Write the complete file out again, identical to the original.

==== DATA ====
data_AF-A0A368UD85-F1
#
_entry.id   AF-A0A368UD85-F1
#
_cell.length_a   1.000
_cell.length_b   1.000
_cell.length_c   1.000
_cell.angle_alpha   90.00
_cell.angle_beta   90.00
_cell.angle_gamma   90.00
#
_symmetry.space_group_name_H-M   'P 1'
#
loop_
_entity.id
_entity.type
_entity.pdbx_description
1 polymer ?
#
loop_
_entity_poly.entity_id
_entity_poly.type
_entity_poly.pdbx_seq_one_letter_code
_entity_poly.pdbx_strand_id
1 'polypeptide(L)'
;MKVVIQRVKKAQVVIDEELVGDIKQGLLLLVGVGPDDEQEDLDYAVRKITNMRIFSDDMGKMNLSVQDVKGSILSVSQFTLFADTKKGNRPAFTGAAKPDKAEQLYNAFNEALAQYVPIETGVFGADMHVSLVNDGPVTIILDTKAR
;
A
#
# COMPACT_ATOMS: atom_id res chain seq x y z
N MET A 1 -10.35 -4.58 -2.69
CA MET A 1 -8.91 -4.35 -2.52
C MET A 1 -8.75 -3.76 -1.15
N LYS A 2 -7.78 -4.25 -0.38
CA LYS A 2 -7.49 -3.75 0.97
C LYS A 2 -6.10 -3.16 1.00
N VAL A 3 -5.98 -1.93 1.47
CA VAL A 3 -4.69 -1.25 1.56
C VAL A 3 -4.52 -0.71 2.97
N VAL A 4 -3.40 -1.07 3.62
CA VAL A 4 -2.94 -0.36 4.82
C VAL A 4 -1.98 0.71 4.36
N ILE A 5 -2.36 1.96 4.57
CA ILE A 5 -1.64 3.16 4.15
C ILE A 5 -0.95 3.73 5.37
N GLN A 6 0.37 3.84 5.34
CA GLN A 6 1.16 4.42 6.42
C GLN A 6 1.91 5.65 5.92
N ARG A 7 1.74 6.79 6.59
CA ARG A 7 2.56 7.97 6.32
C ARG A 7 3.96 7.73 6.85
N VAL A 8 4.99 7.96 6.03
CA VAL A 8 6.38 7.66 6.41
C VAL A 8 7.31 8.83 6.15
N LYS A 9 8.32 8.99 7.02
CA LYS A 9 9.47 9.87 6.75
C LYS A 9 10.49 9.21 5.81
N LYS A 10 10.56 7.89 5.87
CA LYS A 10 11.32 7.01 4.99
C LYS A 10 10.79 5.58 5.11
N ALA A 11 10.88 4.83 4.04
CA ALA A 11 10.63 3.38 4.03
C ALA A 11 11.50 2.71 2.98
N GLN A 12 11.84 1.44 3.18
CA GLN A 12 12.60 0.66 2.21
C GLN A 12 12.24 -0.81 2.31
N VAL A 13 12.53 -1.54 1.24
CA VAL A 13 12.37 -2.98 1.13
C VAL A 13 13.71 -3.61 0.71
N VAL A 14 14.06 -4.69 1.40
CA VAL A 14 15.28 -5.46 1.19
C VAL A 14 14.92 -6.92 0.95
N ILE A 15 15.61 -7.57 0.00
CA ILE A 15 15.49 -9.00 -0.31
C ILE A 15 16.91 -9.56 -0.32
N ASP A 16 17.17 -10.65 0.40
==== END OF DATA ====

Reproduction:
data_AF-A0A368UD85-F1
#
_entry.id   AF-A0A368UD85-F1
#
_cell.length_a   1.000
_cell.length_b   1.000
_cell.length_c   1.000
_cell.angle_alpha   90.00
_cell.angle_beta   90.00
_cell.angle_gamma   90.00
#
_symmetry.space_group_name_H-M   'P 1'
#
loop_
_entity.id
_entity.type
_entity.pdbx_description
1 polymer ?
#
loop_
_entity_poly.entity_id
_entity_poly.type
_entity_poly.pdbx_seq_one_letter_code
_entity_poly.pdbx_strand_id
1 'polypeptide(L)'
;MKVVIQRVKKAQVVIDEELVGDIKQGLLLLVGVGPDDEQEDLDYAVRKITNMRIFSDDMGKMNLSVQDVKGSILSVSQFTLFADTKKGNRPAFTGAAKPDKAEQLYNAFNEALAQYVPIETGVFGADMHVSLVNDGPVTIILDTKAR
;
A
#
# COMPACT_ATOMS: atom_id res chain seq x y z
N MET A 1 -10.35 -4.58 -2.69
CA MET A 1 -8.91 -4.35 -2.52
C MET A 1 -8.75 -3.76 -1.15
N LYS A 2 -7.78 -4.25 -0.38
CA LYS A 2 -7.49 -3.75 0.97
C LYS A 2 -6.10 -3.16 1.00
N VAL A 3 -5.98 -1.93 1.47
CA VAL A 3 -4.69 -1.25 1.56
C VAL A 3 -4.52 -0.71 2.97
N VAL A 4 -3.40 -1.07 3.62
CA VAL A 4 -2.94 -0.36 4.82
C VAL A 4 -1.98 0.71 4.36
N ILE A 5 -2.36 1.96 4.57
CA ILE A 5 -1.64 3.16 4.15
C ILE A 5 -0.95 3.73 5.37
N GLN A 6 0.37 3.84 5.34
CA GLN A 6 1.16 4.42 6.42
C GLN A 6 1.91 5.65 5.92
N ARG A 7 1.74 6.79 6.59
CA ARG A 7 2.56 7.97 6.32
C ARG A 7 3.96 7.73 6.85
N VAL A 8 4.99 7.96 6.03
CA VAL A 8 6.38 7.66 6.41
C VAL A 8 7.31 8.83 6.15
N LYS A 9 8.32 8.99 7.02
CA LYS A 9 9.47 9.87 6.75
C LYS A 9 10.49 9.21 5.81
N LYS A 10 10.56 7.89 5.87
CA LYS A 10 11.32 7.01 4.99
C LYS A 10 10.79 5.58 5.11
N ALA A 11 10.88 4.83 4.04
CA ALA A 11 10.63 3.38 4.03
C ALA A 11 11.50 2.71 2.98
N GLN A 12 11.84 1.44 3.18
CA GLN A 12 12.60 0.66 2.21
C GLN A 12 12.24 -0.81 2.31
N VAL A 13 12.53 -1.54 1.24
CA VAL A 13 12.37 -2.98 1.13
C VAL A 13 13.71 -3.61 0.71
N VAL A 14 14.06 -4.69 1.40
CA VAL A 14 15.28 -5.46 1.19
C VAL A 14 14.92 -6.92 0.95
N ILE A 15 15.61 -7.57 0.00
CA ILE A 15 15.49 -9.00 -0.31
C ILE A 15 16.91 -9.56 -0.32
N ASP A 16 17.17 -10.65 0.40